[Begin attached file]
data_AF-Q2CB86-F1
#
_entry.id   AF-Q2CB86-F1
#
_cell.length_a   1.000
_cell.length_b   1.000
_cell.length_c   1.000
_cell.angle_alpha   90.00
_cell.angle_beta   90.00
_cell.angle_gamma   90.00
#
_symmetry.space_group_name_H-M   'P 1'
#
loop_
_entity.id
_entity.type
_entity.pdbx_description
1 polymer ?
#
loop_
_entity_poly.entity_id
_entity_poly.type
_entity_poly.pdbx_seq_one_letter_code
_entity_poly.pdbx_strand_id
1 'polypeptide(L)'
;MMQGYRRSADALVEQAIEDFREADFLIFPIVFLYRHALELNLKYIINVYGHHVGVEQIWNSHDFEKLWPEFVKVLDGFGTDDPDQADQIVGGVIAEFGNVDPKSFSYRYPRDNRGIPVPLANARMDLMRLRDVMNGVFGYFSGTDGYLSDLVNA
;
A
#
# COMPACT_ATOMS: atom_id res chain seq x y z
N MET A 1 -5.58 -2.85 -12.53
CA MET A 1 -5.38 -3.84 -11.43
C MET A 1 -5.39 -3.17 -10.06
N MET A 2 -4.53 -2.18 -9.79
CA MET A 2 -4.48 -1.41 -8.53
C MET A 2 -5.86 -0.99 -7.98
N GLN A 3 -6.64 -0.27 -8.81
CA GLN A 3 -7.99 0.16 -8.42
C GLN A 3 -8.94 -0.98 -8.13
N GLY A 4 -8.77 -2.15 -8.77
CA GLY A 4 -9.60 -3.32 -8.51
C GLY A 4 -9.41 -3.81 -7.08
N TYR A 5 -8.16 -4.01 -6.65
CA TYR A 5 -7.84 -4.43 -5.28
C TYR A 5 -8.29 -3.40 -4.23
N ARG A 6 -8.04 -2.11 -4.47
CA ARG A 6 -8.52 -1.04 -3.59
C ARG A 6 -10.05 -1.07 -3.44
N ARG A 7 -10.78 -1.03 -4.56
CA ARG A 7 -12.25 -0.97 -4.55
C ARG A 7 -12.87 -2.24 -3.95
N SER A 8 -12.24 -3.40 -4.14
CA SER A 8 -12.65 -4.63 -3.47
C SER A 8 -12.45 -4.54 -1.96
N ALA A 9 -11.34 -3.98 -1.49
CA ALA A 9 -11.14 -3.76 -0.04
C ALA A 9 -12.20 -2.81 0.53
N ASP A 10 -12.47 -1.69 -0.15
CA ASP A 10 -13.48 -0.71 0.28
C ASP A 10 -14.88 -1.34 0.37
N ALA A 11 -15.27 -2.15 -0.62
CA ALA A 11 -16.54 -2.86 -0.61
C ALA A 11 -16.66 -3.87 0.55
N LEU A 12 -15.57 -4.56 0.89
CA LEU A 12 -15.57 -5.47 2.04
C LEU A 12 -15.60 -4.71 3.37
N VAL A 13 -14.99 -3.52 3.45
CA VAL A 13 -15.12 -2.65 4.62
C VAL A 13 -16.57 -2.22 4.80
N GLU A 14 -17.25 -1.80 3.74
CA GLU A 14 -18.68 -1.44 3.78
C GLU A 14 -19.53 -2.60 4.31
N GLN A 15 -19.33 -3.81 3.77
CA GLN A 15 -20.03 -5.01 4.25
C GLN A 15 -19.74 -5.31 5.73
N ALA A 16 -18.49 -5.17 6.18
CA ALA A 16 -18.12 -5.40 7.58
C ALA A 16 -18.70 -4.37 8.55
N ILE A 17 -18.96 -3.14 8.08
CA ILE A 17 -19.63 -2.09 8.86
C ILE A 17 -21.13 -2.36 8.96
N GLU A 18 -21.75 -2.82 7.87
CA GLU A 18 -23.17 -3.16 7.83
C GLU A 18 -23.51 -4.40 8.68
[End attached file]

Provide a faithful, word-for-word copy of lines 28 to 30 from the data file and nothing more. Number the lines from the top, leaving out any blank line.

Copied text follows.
A
#
# COMPACT_ATOMS: atom_id res chain seq x y z